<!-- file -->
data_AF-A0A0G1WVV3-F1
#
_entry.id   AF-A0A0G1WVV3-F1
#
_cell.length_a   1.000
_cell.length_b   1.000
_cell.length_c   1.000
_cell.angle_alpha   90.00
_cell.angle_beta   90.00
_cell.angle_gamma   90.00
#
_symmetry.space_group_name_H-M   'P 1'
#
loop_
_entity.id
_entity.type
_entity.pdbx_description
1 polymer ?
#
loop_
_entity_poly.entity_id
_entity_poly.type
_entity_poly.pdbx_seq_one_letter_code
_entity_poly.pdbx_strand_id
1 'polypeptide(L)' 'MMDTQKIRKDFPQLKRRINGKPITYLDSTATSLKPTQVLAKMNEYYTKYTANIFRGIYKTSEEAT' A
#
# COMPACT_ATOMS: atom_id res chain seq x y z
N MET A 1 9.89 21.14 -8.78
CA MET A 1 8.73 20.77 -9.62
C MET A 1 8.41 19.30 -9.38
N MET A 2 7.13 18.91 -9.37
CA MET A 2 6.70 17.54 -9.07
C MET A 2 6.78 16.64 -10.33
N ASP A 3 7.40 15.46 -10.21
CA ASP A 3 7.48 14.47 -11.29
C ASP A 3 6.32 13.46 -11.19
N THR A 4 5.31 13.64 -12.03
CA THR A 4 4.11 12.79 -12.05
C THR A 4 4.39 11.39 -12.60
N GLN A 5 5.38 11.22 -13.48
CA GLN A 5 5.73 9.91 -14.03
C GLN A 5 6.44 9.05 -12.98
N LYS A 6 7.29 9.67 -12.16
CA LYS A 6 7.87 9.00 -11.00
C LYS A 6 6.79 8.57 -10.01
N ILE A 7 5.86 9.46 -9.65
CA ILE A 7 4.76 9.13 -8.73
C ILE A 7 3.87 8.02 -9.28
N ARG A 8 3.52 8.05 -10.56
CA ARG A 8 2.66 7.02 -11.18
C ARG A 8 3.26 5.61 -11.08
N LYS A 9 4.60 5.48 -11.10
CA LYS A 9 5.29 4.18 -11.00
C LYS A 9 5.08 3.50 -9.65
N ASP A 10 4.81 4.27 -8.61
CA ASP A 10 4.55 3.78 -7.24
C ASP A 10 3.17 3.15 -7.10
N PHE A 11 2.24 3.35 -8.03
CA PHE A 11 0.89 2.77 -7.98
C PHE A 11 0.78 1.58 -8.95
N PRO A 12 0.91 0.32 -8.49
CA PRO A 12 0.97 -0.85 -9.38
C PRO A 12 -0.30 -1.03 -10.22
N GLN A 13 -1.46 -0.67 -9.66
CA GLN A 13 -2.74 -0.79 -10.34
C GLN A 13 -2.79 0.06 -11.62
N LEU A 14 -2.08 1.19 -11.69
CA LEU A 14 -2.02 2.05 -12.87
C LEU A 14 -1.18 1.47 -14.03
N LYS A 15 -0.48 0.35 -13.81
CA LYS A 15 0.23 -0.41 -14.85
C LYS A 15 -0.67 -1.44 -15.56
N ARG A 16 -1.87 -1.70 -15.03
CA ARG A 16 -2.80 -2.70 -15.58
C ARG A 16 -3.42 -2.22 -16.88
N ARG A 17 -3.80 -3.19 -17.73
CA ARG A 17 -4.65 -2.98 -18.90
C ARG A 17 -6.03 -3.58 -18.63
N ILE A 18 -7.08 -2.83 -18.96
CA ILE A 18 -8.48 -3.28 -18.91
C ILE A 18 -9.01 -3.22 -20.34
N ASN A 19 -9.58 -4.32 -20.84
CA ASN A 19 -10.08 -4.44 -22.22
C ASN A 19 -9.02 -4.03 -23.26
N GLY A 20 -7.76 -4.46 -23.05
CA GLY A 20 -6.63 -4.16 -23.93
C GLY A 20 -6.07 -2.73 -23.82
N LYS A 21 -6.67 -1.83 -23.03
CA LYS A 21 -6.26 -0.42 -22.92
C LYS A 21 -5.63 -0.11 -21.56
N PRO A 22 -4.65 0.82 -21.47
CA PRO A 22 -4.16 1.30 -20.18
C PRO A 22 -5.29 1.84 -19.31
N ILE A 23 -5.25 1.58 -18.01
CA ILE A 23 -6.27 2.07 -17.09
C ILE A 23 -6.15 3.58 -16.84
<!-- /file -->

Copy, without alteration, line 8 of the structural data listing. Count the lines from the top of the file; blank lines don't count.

_cell.angle_alpha   90.00